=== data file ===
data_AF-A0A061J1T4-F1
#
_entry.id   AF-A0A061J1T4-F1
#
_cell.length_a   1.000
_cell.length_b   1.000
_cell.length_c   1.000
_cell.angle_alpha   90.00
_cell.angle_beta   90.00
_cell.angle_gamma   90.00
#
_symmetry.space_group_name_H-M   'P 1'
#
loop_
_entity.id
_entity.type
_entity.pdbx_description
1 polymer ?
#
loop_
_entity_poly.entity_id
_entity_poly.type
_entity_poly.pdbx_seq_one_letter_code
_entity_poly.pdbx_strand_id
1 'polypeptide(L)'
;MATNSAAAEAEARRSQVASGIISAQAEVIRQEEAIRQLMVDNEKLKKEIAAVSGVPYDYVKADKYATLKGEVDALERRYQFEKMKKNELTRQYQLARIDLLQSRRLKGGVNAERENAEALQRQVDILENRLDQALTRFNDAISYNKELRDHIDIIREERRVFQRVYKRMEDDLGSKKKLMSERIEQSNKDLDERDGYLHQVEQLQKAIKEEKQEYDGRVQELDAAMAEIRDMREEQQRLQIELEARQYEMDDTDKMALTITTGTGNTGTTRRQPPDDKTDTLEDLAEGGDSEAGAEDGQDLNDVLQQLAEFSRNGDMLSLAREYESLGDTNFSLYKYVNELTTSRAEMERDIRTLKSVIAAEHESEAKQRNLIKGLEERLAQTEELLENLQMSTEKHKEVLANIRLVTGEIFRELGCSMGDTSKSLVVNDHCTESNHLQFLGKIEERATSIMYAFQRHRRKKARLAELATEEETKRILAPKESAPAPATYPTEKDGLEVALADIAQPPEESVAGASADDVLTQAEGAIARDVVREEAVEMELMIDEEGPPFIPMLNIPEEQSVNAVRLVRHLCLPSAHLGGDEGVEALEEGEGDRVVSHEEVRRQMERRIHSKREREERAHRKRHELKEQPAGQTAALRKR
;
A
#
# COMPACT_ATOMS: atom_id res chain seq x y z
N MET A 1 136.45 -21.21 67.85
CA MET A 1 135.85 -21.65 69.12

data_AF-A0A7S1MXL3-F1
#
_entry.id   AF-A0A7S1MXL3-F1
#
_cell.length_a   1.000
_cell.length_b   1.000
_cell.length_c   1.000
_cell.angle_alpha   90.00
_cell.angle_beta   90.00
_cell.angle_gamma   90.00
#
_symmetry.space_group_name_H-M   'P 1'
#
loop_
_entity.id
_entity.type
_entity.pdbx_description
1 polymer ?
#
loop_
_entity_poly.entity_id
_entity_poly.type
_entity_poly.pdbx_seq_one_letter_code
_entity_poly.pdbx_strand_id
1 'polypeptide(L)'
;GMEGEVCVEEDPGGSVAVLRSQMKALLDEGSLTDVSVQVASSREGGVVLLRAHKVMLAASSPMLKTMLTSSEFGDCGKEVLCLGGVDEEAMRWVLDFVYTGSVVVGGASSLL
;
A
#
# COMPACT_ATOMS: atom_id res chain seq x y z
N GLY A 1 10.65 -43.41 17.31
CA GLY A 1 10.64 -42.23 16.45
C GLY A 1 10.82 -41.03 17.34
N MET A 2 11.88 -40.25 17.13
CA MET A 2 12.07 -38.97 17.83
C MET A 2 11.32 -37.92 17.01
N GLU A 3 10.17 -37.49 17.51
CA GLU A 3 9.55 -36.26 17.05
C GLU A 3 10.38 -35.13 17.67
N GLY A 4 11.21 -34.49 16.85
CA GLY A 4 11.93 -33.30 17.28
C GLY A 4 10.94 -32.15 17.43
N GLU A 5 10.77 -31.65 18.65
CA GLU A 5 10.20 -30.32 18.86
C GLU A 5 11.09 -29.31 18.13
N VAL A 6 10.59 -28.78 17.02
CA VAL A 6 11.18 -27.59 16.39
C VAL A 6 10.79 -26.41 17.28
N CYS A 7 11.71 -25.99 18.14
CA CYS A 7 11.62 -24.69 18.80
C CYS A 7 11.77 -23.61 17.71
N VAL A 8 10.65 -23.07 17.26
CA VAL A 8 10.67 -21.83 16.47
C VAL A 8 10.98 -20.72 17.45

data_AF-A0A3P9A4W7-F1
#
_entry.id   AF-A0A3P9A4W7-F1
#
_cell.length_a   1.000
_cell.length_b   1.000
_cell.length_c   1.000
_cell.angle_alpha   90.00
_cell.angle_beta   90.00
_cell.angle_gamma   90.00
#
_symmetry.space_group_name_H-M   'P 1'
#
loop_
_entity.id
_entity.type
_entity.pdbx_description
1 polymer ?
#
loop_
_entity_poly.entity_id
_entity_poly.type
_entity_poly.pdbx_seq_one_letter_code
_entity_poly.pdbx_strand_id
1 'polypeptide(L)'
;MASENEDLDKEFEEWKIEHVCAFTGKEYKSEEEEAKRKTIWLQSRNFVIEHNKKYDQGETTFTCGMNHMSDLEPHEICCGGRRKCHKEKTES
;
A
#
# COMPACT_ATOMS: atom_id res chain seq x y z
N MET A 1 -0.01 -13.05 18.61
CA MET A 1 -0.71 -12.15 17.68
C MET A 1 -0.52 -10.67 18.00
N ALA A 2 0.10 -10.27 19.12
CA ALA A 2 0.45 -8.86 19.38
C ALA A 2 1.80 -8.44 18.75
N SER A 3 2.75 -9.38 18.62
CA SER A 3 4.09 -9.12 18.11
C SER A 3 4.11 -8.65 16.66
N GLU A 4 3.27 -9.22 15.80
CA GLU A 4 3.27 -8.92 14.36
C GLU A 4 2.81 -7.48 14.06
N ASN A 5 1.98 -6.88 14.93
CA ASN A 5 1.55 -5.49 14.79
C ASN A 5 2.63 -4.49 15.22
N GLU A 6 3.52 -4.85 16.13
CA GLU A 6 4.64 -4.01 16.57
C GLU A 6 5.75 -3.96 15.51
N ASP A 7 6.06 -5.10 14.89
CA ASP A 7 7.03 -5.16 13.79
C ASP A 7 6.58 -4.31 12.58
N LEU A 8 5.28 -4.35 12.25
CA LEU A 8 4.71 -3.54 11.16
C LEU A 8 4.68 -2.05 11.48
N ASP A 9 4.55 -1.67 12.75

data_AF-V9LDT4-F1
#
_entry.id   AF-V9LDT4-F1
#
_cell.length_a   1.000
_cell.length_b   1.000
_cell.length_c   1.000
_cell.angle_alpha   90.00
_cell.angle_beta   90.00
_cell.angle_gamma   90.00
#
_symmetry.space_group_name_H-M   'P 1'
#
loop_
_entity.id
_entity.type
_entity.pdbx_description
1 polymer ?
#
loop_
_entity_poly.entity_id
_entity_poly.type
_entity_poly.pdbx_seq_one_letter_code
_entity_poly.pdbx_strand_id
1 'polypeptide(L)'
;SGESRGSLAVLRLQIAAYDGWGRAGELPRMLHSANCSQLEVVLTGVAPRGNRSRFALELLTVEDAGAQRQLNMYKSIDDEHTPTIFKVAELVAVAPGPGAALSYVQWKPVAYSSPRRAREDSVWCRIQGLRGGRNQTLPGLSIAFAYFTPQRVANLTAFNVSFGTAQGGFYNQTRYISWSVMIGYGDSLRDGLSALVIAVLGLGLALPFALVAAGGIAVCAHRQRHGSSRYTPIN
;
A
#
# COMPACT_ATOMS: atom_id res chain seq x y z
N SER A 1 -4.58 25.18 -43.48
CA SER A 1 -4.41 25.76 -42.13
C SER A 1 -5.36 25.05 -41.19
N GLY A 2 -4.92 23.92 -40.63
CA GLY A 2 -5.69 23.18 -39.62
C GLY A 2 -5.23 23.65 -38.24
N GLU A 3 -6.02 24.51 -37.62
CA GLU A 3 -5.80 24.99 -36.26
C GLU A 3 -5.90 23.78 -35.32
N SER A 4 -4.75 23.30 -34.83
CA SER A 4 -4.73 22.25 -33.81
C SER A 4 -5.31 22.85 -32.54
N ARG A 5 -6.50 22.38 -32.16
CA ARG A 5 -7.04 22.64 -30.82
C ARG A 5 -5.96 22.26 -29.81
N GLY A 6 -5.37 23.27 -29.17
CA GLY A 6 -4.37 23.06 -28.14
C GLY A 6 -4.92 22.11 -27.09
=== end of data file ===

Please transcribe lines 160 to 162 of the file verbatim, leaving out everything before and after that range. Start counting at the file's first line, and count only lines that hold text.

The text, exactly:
#
loop_
_entity_poly.entity_id